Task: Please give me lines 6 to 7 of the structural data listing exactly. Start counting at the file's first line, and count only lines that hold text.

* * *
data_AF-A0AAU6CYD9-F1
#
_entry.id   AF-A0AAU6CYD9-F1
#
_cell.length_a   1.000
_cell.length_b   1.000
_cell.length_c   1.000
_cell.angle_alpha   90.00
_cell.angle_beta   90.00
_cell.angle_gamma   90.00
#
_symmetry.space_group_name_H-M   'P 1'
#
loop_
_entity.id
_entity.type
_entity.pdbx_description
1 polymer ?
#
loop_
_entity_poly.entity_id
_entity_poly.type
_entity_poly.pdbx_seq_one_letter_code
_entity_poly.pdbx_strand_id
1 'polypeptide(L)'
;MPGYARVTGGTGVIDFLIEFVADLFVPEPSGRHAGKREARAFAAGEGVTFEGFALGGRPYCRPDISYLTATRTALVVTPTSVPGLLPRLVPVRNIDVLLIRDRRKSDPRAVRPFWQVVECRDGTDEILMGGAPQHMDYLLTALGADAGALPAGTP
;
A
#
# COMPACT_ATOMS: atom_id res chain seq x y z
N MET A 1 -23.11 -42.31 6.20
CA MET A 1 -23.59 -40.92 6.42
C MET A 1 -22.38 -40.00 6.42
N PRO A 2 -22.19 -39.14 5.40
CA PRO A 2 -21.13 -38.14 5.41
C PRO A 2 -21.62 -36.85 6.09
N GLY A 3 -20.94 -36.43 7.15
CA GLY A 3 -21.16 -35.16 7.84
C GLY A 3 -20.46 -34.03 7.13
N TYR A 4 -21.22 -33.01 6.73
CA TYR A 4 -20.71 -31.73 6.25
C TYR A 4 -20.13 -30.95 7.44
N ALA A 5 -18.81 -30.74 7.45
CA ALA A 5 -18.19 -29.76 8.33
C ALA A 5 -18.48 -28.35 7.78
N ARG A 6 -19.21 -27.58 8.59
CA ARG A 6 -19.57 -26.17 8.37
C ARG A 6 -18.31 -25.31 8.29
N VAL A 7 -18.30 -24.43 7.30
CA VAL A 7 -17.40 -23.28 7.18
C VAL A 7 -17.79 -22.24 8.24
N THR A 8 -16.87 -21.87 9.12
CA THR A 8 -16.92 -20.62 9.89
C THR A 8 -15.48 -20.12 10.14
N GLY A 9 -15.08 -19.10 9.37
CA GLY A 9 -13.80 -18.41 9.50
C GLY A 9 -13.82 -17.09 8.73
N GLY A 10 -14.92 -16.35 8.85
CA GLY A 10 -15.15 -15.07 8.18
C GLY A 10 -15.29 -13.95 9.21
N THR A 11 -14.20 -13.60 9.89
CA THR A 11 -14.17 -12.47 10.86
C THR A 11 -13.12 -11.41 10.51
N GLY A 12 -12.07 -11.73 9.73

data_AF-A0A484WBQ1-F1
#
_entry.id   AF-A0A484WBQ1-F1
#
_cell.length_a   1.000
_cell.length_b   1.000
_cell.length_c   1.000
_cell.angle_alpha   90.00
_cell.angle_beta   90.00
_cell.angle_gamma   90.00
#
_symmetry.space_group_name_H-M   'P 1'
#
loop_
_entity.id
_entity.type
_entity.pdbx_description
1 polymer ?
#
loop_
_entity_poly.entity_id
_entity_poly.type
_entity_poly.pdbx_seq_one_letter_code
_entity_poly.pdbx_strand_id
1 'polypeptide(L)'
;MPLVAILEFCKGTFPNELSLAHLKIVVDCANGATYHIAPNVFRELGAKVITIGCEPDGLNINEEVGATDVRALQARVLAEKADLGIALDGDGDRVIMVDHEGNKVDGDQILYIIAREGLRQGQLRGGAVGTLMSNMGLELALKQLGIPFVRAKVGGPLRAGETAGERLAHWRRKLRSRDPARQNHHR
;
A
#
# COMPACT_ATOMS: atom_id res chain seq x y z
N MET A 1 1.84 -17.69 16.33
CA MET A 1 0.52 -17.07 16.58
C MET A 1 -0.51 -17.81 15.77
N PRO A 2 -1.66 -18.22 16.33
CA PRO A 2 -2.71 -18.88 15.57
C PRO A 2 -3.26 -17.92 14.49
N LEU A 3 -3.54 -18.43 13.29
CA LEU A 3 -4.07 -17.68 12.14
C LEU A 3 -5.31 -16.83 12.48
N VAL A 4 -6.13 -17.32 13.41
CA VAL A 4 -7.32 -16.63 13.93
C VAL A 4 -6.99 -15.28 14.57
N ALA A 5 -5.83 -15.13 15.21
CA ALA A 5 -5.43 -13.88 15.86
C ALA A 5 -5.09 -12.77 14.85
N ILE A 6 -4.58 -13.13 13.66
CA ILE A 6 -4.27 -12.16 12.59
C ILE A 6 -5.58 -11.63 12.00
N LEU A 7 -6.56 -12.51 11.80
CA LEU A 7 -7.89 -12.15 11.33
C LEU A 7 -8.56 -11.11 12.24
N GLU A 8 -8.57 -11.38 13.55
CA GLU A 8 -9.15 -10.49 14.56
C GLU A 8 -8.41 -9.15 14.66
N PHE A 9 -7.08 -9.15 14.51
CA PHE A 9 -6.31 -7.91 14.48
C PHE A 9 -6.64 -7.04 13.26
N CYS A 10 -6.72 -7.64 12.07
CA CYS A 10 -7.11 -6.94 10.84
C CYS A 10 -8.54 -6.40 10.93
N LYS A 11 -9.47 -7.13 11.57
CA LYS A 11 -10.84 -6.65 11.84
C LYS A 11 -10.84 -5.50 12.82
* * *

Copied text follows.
_cell.length_b   1.000
_cell.length_c   1.000